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The Litigator
AGM :: Affleck Greene McMurtry LLP

THE LITIGATOR

Affleck Greene McMurtry LLP
365 Bay Street, Suite 200  ·  Toronto, Canada
416 360 2800  ·  info@agmlawyers.com  ·  www.thelitigator.ca

Archive for 2009


 

Statements to Securities Commission are protected by absolute privilege

In his decision this Fall in Fraleigh v. RBC Dominion Securities, Ontario Superior Court Justice Newbould summarily dismissed an action brought by John Fraleigh against RBC Dominion Securities and one of its employees. The action was brought for allegedly false statements and testimony given before the Ontario Securities Commission claiming unusual trading activity in his RBC trading accounts – information that was later published in media reports. In dismissing Fraleigh’s action, Justice Newbould found that the claim arose entirely from testimony and other related communications to the OSC; communications that are protected by absolute privilege. [more] Full article

Oppression does not guarantee relief

In Hu v. Sung, Superior Court Justice David Brown confronted the question of what to do when a shareholder in a private corporation has wrongfully excluded another from the affairs of the company, but by the time of trial the company has ceased operations, has not turned a profit and there is no evidence the offending shareholder personally benefited from the oppression. [more] Full article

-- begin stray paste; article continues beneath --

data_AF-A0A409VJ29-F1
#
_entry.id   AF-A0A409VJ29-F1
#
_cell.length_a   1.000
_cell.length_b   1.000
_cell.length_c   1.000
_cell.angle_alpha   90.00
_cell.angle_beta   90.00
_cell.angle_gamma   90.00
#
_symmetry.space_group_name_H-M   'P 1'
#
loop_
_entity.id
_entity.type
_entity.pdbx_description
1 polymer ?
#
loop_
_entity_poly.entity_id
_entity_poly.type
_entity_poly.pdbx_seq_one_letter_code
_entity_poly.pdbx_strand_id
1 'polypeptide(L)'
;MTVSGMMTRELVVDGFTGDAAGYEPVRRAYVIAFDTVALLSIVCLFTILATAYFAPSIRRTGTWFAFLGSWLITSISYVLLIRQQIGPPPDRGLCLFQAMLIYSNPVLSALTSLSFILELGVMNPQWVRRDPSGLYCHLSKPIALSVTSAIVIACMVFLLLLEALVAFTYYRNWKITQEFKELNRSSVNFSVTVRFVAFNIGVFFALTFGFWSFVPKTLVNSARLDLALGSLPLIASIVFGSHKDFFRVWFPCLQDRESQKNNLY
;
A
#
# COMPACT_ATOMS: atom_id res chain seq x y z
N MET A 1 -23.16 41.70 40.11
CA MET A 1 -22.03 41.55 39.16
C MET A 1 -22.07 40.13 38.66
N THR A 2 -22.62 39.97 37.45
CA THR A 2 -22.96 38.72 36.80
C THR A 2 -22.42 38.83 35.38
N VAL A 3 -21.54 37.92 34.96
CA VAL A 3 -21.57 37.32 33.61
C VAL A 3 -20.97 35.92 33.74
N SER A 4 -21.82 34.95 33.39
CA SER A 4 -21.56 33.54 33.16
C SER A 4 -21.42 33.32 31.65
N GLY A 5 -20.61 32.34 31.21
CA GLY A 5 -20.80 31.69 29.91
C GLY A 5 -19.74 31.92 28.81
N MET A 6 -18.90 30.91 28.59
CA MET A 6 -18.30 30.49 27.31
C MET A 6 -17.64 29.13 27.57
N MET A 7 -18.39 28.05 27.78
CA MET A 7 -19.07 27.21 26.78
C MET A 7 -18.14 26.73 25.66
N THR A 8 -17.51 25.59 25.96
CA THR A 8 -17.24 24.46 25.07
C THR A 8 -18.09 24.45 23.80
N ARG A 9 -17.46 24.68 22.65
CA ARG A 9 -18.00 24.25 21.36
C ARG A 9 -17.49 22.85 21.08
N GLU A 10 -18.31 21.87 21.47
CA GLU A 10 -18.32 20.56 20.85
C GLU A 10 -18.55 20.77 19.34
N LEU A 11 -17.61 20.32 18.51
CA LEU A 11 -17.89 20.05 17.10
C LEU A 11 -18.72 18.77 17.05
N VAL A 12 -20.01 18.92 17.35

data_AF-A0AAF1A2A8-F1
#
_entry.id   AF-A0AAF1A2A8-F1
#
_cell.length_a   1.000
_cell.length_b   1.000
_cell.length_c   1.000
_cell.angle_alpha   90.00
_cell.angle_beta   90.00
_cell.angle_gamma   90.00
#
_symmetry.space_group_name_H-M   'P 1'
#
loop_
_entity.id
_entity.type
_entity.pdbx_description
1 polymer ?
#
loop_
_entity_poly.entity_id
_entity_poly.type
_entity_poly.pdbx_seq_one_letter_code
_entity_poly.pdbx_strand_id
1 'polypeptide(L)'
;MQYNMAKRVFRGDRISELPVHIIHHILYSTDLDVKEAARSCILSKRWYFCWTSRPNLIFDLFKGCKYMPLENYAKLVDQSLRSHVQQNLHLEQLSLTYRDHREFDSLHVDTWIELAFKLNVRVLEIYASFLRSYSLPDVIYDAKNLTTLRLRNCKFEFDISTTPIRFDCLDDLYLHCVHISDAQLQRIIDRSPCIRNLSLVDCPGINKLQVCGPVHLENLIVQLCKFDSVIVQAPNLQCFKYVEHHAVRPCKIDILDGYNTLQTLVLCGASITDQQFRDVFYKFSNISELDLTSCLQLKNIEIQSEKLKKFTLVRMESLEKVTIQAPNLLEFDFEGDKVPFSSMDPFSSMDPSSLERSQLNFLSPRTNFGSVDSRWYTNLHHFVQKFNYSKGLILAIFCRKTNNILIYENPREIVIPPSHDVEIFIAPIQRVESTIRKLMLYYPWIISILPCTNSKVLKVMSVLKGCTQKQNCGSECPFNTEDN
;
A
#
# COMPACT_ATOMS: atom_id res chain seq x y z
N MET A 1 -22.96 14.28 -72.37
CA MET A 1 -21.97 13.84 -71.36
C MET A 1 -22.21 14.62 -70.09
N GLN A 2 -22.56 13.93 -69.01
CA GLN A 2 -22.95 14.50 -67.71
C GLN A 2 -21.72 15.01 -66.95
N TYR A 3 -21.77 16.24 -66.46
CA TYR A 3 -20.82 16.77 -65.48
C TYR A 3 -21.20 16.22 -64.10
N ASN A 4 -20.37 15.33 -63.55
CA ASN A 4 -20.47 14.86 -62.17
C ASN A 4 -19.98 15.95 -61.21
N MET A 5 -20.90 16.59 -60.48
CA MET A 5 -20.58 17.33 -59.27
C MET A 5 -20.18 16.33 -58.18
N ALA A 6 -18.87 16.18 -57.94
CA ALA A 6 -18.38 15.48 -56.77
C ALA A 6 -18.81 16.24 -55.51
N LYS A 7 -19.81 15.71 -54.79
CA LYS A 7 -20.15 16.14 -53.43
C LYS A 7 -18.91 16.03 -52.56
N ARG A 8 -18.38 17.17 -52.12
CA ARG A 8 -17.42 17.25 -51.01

Norwich orders: Recent developments in the right to pre-action discovery in Ontario

Two recent Ontario decisions, GEA Group AG v. Ventura Group Co. and York University v. Bell Canada Enterprises and Rogers Communications Inc. have clarified the circumstances under which courts should grant the extraordinary equitable remedy of pre-action discovery, commonly known as a Norwich order. [more] Full article

Investment industry practice can be considered in determining whether contract is formed, Court of Appeal rules

In its decision earlier this year in UBS Securities Canada, Inc. v. Sands Brothers Canada, Ltd., the Ontario Court of Appeal examined the extent to which industry custom and common practice may be utilized in determining whether a contract has been formed between two parties. In particular, the investment industry practice of conducting multi-million dollar deals over the telephone was cited by the Court in finding that a binding agreement for the purchase and sale of shares had been concluded between the parties to this litigation and in ordering specific performance of that agreement. [more] Full article


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